Use boiled tap water when making up infant formula. This will ensure the baby teeth are exposed to tiny amounts of fluoride as soon as they erupt. Bottled waters should not be used unless they have a label indicating suitability for use with infant formula.
Babies are born without decay producing bacteria strep mutans in their mouths. They are infected with these bacteria by kissing and sharing utensils with infected parents and siblings. If parents and siblings have little or no dental decay in their mouths, transmission of the bacteria is greatly reduced.
When the first baby teeth appear in the mouth at about 6 months you can start cleaning them straight away. There is no need to use a brush, instead use a piece of gauze wrapped around your small finger to rub away any plaque or debris that collects on the teeth.
All the baby teeth appear in the mouth from about 6 months to 2 years. A small, soft toothbrush should be introduced gradually during this period, according to the willingness of a child to accept it. Use tap water for cleaning, toothpaste should only be introduced after 2 years.
A small pea-sized amount of fluoride toothpaste should be introduced after the child’s 2nd birthday. If you can find a suitable flavour, adult toothpaste can be used. The problem with some children’s toothpastes is that the level of fluoride is too low and may have little or no protective effect.
Young children need to be supervised with tooth brushing until about six years of age. It is important that they use the correct pea sized amount of fluoride toothpaste and ideally should spit out rather than rinse out after brushing. This keeps small amounts of fluoride in their saliva giving extra protection to their teeth. It also takes a number of years for children to have sufficient manual dexterity to be able to apply the correct level of pressure to their gums (gingiva) and teeth when removing dental plaque.
For children under six years, the emphasis should be on getting the habit established as a daily practice of at least once or preferably twice a day, first thing in the morning and last thing at night. Demonstrate the correct pea-sized amount of tooth paste. Provide a toothbrush with soft bristles, which is the appropriate size for the age and stage of development of the child. As a general rule, use a brush with a small head and short handle for baby teeth and a brush with a bigger head and longer handle for the permanent teeth. The parent or carer should assume responsibility for monitoring the cleaning of the gums until the child can demonstrate the necessary competence for this task.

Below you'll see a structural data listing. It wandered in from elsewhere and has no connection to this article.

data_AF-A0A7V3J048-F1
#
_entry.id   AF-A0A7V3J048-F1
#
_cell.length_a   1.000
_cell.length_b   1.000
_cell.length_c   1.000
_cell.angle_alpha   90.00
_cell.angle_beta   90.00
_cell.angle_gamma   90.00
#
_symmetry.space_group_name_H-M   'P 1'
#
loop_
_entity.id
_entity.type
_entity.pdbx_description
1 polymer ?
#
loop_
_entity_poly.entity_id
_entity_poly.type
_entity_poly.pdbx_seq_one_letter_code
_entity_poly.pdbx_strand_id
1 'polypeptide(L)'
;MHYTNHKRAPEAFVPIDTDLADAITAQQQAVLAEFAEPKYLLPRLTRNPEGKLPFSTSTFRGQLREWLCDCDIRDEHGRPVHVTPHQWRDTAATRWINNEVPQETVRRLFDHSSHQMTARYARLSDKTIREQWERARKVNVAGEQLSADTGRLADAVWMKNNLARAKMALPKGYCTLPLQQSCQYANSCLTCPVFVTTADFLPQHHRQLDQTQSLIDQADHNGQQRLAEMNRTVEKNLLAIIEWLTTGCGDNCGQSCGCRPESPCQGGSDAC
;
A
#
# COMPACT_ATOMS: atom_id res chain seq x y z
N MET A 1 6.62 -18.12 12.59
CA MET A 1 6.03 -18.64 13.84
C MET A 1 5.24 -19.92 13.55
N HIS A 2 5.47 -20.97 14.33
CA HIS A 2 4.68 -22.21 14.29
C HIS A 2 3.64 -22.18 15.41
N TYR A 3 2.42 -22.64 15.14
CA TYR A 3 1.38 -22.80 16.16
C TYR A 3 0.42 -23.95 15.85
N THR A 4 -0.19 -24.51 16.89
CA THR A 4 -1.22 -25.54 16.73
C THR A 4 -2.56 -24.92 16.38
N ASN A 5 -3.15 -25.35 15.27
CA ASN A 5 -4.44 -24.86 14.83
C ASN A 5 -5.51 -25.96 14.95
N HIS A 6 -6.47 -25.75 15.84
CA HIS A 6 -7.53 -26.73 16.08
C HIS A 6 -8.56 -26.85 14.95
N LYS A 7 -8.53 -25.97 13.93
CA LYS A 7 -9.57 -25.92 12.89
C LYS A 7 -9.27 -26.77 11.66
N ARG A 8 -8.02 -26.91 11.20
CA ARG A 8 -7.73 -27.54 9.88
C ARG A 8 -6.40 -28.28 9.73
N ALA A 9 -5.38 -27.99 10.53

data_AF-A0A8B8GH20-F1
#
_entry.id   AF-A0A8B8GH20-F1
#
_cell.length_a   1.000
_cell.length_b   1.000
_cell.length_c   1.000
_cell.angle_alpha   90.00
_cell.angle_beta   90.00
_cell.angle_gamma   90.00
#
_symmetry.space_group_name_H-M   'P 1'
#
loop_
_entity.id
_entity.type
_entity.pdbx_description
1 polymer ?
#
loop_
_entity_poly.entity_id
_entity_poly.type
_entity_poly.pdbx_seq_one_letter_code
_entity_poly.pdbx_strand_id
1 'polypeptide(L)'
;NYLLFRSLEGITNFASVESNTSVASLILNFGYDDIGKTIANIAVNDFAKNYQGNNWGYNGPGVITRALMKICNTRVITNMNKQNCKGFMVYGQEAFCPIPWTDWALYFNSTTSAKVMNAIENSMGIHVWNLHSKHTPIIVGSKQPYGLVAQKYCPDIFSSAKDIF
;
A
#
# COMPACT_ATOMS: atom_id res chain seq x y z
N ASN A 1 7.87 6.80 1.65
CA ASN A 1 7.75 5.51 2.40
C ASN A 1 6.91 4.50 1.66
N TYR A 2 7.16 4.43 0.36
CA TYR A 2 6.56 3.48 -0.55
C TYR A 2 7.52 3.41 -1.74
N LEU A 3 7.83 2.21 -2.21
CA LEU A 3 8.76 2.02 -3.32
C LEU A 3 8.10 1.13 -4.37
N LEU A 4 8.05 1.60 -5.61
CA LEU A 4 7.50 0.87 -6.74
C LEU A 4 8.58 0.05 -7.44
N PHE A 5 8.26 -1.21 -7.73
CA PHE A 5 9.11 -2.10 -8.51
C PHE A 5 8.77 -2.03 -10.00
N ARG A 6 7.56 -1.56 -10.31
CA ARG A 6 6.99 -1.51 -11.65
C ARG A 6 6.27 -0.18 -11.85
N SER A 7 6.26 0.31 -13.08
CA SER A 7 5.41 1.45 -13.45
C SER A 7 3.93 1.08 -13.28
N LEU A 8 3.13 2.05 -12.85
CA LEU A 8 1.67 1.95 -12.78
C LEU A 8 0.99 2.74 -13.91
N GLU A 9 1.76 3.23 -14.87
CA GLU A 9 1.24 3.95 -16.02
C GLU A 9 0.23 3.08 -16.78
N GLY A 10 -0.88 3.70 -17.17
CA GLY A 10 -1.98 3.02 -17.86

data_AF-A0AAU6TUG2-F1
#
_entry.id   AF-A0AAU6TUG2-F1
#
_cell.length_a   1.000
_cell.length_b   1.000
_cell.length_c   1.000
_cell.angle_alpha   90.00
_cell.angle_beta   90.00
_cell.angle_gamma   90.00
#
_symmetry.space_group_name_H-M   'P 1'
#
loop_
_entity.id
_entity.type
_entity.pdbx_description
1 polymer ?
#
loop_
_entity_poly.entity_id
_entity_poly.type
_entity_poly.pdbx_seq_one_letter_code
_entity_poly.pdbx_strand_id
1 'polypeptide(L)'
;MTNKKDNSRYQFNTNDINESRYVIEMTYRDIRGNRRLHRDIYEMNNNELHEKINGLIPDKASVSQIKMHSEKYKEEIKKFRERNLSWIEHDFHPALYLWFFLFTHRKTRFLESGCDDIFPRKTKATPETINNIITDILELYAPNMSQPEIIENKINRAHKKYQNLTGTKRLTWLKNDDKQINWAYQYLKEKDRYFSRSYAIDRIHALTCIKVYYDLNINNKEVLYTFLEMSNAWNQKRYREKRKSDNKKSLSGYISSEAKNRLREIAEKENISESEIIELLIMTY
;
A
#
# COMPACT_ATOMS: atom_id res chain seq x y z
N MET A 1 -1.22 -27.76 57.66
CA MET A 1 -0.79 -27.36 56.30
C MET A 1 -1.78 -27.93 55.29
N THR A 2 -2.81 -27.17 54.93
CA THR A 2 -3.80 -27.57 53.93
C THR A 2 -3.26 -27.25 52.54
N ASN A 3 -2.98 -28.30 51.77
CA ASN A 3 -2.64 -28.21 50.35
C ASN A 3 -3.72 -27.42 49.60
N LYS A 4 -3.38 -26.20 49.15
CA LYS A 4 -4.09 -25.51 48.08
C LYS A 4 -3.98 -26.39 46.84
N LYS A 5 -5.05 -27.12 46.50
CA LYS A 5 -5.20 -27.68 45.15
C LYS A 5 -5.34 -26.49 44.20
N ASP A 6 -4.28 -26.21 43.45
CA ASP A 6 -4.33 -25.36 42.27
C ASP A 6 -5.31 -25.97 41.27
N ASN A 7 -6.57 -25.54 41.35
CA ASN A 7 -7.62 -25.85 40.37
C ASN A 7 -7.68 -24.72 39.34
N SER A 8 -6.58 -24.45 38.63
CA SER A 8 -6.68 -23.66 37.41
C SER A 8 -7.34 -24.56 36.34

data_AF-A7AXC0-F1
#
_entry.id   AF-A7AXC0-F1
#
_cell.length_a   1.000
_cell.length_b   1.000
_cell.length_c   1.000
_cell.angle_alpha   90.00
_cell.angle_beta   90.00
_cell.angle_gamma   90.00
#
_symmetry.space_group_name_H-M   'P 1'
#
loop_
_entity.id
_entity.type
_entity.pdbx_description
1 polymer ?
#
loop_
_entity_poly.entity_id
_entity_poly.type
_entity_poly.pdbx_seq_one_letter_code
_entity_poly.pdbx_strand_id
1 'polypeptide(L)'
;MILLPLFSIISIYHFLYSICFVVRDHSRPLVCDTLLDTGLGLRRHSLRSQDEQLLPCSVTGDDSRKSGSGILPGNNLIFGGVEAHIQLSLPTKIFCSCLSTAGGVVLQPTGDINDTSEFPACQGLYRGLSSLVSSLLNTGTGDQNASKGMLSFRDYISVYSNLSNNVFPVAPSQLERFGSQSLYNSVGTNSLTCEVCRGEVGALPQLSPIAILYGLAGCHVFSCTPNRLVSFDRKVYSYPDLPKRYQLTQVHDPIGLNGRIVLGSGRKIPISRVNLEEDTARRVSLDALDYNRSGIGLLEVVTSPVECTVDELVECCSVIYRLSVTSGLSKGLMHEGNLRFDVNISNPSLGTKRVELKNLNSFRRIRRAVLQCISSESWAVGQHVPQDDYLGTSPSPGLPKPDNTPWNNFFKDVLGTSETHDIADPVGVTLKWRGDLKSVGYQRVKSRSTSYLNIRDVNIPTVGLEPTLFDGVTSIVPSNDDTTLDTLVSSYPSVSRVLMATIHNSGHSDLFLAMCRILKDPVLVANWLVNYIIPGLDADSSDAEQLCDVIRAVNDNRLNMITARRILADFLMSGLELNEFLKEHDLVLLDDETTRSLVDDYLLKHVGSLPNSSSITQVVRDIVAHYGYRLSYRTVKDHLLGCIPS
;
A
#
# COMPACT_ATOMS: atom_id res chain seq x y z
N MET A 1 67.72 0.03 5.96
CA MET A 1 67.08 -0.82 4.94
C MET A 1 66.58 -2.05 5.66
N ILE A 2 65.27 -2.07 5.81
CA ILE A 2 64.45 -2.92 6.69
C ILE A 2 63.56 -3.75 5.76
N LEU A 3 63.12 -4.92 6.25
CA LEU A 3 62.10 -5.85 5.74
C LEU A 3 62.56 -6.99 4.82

The vast majority of people clean their teeth using a simple scrub technique. A slight modification of this is an easy and effective method for cleaning the gums. The soft bristles of the brush are angled so that they fit right into the sulcus or gum margin where the gum meets the teeth. A very short back and forth motion using gentle pressure, almost like a vibration of the bristles, over two or three teeth at a time will dislodge most plaque from this vital area for gum health. Particular care is needed in the area where the teeth meet each other; plaque removal from this area is usually deficient because of the changing curvature of the teeth and gum margin. It will take about two minutes using this method to go around the mouth doing the inside, outside, uppers and lowers and finishing by scrubbing the biting surfaces. Good gum health can be achieved and maintained using this method once every 24 hours.
Sources: 1. Clinical Periodontology and Implant Dentistry, Jan Lindhe, Thorkild Karring, Niklaus P. Lang. Editors 4th edition, Blackwell Munksgaard 2006 2.Department of Health and Children (2002) Forum on Fluoridation. Stationery Office Dublin. http://www.fluoridationforum.ie 3. Dental Caries, The Disease and its Clinical Management, Ole Fejerskov, Edwina A.M. Kidd Editors, Blackwell Munksgaard 2006